The Automotive Mission Plan released today at the annual Society of Indian Automotive Manufacturers (SIAM) convention in New Delhi has included a dimensions definition on small cars that is said to favour market leader Maruti-Suzuki.

The definition of small cars continues as 'cars with length less than 3.8 metres' with no limitations on the engine sizes.

Small cars in India enjoy an excise duty of 16% as compared to a normal excise duty of 24% on other cars. The duty cut on small cars was first announced during the Union Budget of March 2006, when the government announced that cars with less than 4.0m in length and having engine sizes less than 1.2-litres (petrol) and 1.5-litre (diesel) will enjoy an excise duty of 16%.

Most companies saw the duty structure favouring Maruti-Suzuki heavily as most of the company's models fell inside the small car definition and an upcoming important model (Swift Diesel) would benefit due to its engine size of 1.3-litre. At the same time, most important models from competitors fell outside the small car definition. These included the Hyundai Getz (1.3-litre petrol) and the Ford Fusion (greater than 4.0 metres).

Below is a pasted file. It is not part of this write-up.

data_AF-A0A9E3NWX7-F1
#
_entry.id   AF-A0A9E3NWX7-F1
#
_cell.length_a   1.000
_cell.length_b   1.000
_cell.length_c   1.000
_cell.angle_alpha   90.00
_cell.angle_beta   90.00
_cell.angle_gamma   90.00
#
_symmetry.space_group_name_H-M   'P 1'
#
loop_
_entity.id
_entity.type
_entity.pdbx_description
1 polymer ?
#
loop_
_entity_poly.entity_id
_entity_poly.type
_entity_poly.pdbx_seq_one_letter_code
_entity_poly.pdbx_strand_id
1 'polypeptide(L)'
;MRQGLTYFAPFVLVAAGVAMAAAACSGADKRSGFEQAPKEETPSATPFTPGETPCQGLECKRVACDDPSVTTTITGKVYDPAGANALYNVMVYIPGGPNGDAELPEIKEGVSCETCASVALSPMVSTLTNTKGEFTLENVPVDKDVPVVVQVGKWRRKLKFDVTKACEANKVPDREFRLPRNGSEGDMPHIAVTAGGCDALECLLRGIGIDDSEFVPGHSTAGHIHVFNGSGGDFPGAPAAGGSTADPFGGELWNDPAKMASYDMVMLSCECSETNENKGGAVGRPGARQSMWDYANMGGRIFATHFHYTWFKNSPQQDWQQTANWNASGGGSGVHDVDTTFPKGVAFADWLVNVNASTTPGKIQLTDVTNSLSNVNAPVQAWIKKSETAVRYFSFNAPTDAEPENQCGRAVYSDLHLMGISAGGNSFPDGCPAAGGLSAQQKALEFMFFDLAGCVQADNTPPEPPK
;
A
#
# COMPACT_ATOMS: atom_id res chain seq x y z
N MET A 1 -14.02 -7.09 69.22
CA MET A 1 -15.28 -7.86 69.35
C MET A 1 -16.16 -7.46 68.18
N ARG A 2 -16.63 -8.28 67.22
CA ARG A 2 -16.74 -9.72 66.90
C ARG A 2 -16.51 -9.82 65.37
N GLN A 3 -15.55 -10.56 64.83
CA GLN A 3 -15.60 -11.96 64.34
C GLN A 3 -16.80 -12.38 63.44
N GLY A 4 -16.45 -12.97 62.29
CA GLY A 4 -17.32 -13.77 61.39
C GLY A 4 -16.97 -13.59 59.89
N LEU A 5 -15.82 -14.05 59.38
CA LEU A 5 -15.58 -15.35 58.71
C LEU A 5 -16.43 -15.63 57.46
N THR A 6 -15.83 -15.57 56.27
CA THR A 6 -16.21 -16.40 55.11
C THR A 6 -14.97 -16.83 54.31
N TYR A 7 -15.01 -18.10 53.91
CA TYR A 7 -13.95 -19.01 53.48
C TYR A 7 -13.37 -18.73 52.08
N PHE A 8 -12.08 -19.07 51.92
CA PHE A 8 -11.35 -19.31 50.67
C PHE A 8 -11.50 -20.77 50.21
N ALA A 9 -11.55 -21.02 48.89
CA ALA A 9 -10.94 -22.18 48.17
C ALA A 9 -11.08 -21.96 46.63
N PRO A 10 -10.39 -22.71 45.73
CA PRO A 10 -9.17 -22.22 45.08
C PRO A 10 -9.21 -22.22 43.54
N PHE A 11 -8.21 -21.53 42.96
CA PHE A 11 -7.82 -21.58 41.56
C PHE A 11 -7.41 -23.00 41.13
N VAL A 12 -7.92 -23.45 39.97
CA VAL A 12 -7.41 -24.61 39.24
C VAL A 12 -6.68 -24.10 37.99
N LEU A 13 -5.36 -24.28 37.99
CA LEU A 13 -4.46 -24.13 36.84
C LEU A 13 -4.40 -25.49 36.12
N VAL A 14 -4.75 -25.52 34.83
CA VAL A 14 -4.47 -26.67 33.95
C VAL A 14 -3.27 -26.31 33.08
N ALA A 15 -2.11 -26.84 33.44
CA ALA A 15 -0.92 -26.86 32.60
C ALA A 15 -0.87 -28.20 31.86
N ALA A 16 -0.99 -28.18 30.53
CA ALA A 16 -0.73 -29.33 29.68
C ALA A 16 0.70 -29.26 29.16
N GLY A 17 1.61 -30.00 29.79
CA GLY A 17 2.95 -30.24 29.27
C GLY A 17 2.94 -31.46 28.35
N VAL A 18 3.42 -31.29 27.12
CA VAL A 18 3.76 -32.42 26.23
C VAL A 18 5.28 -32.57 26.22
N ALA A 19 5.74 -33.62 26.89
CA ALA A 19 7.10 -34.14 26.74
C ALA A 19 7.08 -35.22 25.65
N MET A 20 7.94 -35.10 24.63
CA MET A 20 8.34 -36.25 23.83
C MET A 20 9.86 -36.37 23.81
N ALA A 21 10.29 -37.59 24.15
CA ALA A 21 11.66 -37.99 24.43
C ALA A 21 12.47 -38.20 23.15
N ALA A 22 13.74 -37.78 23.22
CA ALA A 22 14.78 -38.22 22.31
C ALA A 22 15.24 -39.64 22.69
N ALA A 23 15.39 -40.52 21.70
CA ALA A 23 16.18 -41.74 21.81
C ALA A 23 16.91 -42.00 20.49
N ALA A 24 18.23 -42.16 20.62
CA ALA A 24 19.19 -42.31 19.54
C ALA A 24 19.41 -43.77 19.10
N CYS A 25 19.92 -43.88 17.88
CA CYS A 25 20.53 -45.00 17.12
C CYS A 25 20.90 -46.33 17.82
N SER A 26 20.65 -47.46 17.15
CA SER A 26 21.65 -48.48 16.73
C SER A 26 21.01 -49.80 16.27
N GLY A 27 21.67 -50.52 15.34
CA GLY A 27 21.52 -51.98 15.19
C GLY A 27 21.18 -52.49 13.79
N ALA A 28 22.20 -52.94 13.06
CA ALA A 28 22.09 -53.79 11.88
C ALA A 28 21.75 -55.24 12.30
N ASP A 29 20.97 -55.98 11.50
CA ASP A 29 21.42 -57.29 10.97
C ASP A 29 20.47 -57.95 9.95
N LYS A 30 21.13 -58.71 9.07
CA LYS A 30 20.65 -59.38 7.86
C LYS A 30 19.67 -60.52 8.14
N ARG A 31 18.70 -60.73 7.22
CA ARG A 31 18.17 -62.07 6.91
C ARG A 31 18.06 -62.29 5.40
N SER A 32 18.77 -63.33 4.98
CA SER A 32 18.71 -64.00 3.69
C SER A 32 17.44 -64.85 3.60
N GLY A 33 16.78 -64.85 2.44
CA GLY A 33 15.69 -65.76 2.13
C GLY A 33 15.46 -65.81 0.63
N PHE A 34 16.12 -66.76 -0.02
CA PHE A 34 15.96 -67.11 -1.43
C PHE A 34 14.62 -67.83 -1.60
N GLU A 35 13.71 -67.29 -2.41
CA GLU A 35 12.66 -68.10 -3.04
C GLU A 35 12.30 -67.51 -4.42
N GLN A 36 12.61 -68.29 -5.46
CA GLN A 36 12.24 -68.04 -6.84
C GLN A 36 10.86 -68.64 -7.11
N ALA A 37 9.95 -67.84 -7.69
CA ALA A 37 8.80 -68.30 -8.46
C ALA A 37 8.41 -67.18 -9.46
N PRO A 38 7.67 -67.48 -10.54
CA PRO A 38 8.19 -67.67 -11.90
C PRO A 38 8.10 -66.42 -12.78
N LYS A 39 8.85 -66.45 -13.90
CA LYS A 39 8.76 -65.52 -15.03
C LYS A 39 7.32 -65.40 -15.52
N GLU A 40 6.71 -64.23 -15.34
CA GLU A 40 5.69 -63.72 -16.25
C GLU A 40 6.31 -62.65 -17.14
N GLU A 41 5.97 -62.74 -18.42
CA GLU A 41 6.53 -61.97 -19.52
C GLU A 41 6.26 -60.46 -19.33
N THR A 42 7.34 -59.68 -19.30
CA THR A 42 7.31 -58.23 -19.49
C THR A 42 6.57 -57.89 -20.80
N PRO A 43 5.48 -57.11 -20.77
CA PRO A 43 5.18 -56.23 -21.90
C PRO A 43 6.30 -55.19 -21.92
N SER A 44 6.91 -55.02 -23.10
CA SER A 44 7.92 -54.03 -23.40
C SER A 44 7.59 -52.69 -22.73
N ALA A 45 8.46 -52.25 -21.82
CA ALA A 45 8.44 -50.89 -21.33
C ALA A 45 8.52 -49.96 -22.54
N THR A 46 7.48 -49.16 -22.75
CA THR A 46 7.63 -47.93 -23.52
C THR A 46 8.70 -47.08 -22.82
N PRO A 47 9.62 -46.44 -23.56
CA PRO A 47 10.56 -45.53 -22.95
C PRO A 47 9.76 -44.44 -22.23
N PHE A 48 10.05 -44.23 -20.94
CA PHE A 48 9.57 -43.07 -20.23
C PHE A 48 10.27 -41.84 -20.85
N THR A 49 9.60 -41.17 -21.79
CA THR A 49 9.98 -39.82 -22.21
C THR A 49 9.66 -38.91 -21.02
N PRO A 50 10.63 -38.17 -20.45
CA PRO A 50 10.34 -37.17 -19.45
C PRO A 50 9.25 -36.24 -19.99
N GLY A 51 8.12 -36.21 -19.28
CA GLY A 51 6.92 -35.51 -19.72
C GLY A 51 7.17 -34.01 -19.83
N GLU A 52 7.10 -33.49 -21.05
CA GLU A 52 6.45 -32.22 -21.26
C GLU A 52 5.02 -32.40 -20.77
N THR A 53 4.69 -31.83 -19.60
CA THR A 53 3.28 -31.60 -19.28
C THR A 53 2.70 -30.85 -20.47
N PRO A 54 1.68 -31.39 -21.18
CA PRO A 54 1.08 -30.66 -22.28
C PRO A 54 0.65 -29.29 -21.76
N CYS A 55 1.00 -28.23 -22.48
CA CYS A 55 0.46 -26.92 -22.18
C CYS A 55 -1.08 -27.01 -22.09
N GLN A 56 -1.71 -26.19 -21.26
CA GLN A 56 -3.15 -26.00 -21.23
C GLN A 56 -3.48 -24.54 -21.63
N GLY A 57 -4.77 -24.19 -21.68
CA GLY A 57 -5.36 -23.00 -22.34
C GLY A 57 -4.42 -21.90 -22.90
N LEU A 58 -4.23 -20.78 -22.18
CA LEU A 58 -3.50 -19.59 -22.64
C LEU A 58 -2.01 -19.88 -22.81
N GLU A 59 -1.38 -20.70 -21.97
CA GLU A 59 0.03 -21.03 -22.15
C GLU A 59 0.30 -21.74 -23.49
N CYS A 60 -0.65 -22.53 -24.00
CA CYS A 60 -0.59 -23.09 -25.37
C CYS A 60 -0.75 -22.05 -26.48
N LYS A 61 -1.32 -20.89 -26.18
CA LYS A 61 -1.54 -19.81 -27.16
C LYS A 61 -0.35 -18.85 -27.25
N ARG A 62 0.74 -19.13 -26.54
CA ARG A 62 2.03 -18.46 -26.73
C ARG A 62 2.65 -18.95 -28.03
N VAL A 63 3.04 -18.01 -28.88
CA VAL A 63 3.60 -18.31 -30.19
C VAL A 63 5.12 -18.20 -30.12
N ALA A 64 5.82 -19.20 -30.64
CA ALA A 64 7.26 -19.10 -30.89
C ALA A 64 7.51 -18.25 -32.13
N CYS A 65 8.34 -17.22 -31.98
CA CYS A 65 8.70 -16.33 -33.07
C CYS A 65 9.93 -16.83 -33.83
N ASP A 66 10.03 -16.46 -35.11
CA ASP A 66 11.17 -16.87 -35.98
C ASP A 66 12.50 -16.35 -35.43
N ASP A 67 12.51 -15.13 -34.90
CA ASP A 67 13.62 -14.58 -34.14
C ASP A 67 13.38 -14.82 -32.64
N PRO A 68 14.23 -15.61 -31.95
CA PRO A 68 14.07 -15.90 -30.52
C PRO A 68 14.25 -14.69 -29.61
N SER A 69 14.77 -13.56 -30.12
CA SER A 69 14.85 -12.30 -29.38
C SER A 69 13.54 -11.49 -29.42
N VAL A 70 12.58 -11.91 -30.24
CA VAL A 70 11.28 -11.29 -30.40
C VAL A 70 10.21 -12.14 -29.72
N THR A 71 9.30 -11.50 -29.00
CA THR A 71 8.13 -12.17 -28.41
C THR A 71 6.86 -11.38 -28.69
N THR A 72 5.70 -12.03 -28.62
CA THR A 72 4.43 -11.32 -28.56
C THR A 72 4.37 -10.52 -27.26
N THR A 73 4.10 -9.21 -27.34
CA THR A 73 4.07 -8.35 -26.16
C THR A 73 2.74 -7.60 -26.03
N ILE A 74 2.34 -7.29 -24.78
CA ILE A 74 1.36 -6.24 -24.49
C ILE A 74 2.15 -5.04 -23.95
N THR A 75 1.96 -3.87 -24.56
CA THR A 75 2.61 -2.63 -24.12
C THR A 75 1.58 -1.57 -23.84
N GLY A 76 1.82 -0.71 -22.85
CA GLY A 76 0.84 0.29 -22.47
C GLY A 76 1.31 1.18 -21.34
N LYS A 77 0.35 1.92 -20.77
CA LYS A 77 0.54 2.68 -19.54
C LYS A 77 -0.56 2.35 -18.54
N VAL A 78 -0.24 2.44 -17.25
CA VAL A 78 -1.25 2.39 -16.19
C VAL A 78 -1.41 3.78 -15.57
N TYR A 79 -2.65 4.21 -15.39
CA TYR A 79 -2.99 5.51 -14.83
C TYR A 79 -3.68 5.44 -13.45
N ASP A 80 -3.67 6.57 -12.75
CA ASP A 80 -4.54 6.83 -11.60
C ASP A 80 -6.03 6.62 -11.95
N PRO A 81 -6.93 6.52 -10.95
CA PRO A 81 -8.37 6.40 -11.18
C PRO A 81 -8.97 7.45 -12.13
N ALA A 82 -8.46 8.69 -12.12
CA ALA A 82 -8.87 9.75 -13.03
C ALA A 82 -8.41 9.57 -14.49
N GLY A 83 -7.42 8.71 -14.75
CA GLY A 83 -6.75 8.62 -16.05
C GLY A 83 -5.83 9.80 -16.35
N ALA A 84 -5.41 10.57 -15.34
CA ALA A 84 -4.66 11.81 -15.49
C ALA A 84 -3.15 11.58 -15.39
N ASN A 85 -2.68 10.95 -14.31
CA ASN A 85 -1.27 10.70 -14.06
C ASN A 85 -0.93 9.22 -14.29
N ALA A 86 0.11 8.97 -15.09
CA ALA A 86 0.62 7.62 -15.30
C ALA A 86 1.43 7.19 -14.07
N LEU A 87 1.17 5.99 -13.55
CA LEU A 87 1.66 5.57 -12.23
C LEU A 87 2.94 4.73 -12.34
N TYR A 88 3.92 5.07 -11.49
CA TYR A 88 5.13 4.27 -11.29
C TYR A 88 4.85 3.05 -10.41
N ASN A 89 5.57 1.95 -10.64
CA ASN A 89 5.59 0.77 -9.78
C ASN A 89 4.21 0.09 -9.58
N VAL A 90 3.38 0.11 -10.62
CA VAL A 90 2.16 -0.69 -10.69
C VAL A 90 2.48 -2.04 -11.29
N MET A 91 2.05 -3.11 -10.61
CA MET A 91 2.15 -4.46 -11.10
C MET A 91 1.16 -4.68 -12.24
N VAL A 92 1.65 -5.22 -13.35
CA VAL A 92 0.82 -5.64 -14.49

The competition responded by altering their models suitably. Hyundai put a 1.1-litre petrol engine in their Getz and planned a 1.4-litre diesel while Ford shaved off the bumpers of the Fusion to bring it within 4.0-metres.

However, the government changed its mind about the definition of small cars in September 2006 when it changed the definition to 'smaller than 3.8-metres with no restrictions on engine sizes'.

What this means is that Maruti-Suzuki wins again as now both the petrol and diesel variants of the Swift will be classified as small cars while the Hyundai Getz (length 3.81 metres) and the Ford Fusion (length of 4.0 metres) will not enjoy the duty benefits.

What benefits Maruti even more is that slow selling models like the Versa minivan will now come under small car classification and enjoy excise duty benefits. 

While the current tax levels are maintaining a status quo at the original small car definitions of March 2006, the government's reiterating the new definition twice is a cause of concern for many. 

Deepesh Rathore